Fed unveils major policy shift to maximise US job growth - GulfToday

Fed unveils major policy shift to maximise US job growth


Jerome Powell speaks during a news conference in Washington. Powell said on Thursday that the underlying US economy remains solid, but high unemployment could persist for years. File/Associated Press

The US central bank rolled out a major policy change on Thursday that gives greater weight to its mission of maximising employment to benefit lower income families, while ratcheting back its emphasis on fighting inflation.

Federal Reserve Chair Jerome Powell said the aim is to correct the “shortfalls” in achieving the Fed’s goal of maximum employment and to recognize that, with changes in the global economy, a tight job market does not necessarily drive prices higher.

In practice, the change will keep borrowing rates low for much longer than in prior economic expansions -- something President Donald Trump has loudly demanded, though for more political reasons.

“This change reflects our appreciation for the benefits of a strong labour market, particularly for many in low- and moderate-income communities,” Powell said in a speech unveiling the policy.

The new policy makes it clear the central bank will allow inflation to stay above its 2.0 per cent target “for some time” before officials will need to take action by raising interest rates.

The policy shift, though telegraphed in recent statements, is a significant change for the Fed and central banking in general, as inflation for decades has been the economic villain to be stamped out at every turn. It also represented a defeat for inflation hawks, though the change was approved unanimously.

Powell, in his speech to the annual Jackson Hole monetary policy conference, said the past 10 years since the 2008 global financial crisis has shown that warnings about low unemployment causing price hikes were exaggerated.

“This change may appear subtle, but it reflects our view that a robust job market can be sustained without causing an outbreak of inflation,” he told the virtual conference.

Prior to the coronavirus pandemic, the US unemployment rate had hovered near 50-year lows at 3.5 per cent, which brought many people back into the workforce as firms struggled to fill open positions.

Inflation for years has stayed below the 2.0 per cent target, and Powell said the goal now is “to achieve inflation that averages two per cent over time,” although he stressed that would not be tied “to a particular mathematical formula.” Advocates of the new regime have argued the central bank needed to let the inflation rate drift higher to average 2.0 per cent over the long run.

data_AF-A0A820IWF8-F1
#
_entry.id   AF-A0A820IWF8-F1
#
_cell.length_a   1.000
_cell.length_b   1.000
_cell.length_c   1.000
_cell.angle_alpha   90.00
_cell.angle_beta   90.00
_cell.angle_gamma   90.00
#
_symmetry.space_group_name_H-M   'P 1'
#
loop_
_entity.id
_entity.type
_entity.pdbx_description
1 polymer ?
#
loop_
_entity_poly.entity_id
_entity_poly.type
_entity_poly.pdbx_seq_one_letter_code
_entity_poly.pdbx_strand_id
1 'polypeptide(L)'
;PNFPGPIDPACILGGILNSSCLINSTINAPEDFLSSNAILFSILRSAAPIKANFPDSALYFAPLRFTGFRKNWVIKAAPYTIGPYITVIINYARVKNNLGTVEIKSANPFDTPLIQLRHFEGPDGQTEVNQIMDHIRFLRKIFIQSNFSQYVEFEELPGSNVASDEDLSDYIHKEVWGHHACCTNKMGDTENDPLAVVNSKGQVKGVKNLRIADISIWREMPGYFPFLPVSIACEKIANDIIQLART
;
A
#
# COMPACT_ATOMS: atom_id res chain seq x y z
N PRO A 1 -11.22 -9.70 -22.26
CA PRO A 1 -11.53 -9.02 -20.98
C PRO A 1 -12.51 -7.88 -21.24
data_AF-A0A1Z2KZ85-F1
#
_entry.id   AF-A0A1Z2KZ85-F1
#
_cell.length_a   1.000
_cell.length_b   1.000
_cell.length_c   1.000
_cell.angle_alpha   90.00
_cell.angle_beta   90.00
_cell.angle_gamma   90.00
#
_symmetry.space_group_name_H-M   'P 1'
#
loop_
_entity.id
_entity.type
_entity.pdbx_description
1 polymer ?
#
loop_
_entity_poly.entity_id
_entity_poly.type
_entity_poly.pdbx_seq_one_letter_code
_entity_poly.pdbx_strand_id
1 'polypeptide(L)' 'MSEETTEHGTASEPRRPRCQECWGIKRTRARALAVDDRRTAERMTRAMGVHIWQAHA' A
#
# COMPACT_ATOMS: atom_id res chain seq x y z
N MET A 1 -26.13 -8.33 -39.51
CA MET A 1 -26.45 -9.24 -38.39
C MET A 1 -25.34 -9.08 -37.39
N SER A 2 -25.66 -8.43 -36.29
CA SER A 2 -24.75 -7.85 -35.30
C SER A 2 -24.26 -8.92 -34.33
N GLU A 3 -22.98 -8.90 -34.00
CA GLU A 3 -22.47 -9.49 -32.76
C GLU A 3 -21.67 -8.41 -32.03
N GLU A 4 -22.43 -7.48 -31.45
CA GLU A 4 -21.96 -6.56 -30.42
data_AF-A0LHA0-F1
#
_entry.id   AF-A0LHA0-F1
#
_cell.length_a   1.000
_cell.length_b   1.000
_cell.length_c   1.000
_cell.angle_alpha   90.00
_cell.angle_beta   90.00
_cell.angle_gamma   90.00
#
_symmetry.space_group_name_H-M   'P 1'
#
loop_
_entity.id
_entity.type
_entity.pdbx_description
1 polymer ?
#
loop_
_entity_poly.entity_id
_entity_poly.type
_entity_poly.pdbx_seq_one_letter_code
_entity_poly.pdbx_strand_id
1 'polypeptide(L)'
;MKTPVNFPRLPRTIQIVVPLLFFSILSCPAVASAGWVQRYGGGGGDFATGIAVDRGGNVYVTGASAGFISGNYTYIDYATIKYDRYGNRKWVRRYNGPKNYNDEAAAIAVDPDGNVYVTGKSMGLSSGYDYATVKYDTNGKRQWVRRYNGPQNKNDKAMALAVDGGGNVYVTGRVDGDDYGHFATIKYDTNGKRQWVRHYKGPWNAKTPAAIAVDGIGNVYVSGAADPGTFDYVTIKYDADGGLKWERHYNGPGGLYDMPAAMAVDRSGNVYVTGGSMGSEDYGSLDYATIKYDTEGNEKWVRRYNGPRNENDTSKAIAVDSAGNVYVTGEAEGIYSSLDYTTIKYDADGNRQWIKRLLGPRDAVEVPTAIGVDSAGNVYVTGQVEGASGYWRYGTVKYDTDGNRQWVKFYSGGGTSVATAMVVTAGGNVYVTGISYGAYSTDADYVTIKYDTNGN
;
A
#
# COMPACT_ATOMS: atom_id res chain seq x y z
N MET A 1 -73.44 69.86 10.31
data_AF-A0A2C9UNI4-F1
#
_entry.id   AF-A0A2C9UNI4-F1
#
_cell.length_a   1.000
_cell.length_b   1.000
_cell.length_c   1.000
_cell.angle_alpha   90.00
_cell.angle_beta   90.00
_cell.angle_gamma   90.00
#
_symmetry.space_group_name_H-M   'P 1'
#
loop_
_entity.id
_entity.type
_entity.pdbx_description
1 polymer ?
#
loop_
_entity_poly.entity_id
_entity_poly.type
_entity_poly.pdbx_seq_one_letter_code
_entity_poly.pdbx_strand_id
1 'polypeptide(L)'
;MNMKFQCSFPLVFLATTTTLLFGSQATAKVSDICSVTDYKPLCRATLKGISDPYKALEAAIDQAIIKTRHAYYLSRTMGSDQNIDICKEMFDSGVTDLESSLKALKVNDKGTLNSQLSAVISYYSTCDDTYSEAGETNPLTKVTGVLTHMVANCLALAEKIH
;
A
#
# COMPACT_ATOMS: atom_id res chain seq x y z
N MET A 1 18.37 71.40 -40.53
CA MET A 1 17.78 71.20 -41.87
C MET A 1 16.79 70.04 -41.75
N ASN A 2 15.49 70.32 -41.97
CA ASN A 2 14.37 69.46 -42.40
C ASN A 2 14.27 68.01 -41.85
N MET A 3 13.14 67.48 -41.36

The Fed chief grew passionate as he described the impact of hearing from low-income workers about the dramatic change the higher employment rate had on their communities in recent years.

Going forward, “In conducting monetary policy, we will remain highly focused on fostering as strong a labour market as possible for the benefit of all Americans,” he said.

In addition, he pledged the Fed will use “our full range of tools to support the economy.” Responding to questions after the video speech, Powell sounded a note of optimism about the recovery from the pandemic, as well as a note of caution.

The pandemic hit a solid economy like a natural disaster, he said, noting that “there’s is still a healthy economy under here, except for this area that’s been directly affected by COVID.” But millions of workers in travel, hotels and restaurants have been directly impacted, which means “a couple of years of... relatively high unemployment.” People in those industries are “really going to struggle to find work... We need to support them.”

As he has repeatedly stated, this will “take support from Congress” with programs focused on education, training and healthcare -- though lawmakers are currently deadlocked on the passage of another round of legislation to aid the economy.

“It’s about all the things that enable people to get into the labour force and stay there and progress in their careers,” Powell said.

Global Stocks: A gauge of world equity markets climbed while the dollar and gold prices eased on Thursday after the Federal Reserve said it would roll out an aggressive new strategy. The dollar index rose 0.27%, spot gold prices fell 0.6% to $1,941.67 an ounce. MSCI’s benchmark for global equity markets rose 0.19% to 585.13, while Europe’s broad FTSEurofirst 300 index dropped 0.04% to 1,445.92.

The S&P 500 and the Nasdaq rose to record highs on Thursday as the Federal Reserve sought to achieve inflation averaging 2% over time in an attempt to lift the US economy out of a deep pandemic-driven recession.

Eight of the 11 major S&P sectors were trading higher, with economically-sensitive financials leading gains. The communication services index, which houses Google-parent Alphabet Inc and Facebook Inc, fell for the first time in four days.

The S&P 500 and the Nasdaq have recovered their coronavirus-driven losses, largely driven by a tech-related rally at a time when the US economy is struggling with its worst downturn since the Great Depression. Data on Thursday showed weekly jobless claims hovered around 1 million last week, suggesting the labour market recovery was stalling.

At 10:52am, the Dow Jones Industrial Average was up 255.59 points, or 0.90%, at 28,587.51, on course to turn positive on the year for the first time since the coronavirus-driven crash in March.

The S&P 500 was up 15.09 points, or 0.43%, at 3,493.82, and the Nasdaq Composite was up 10.94 points, or 0.09%, at 11,676.00.


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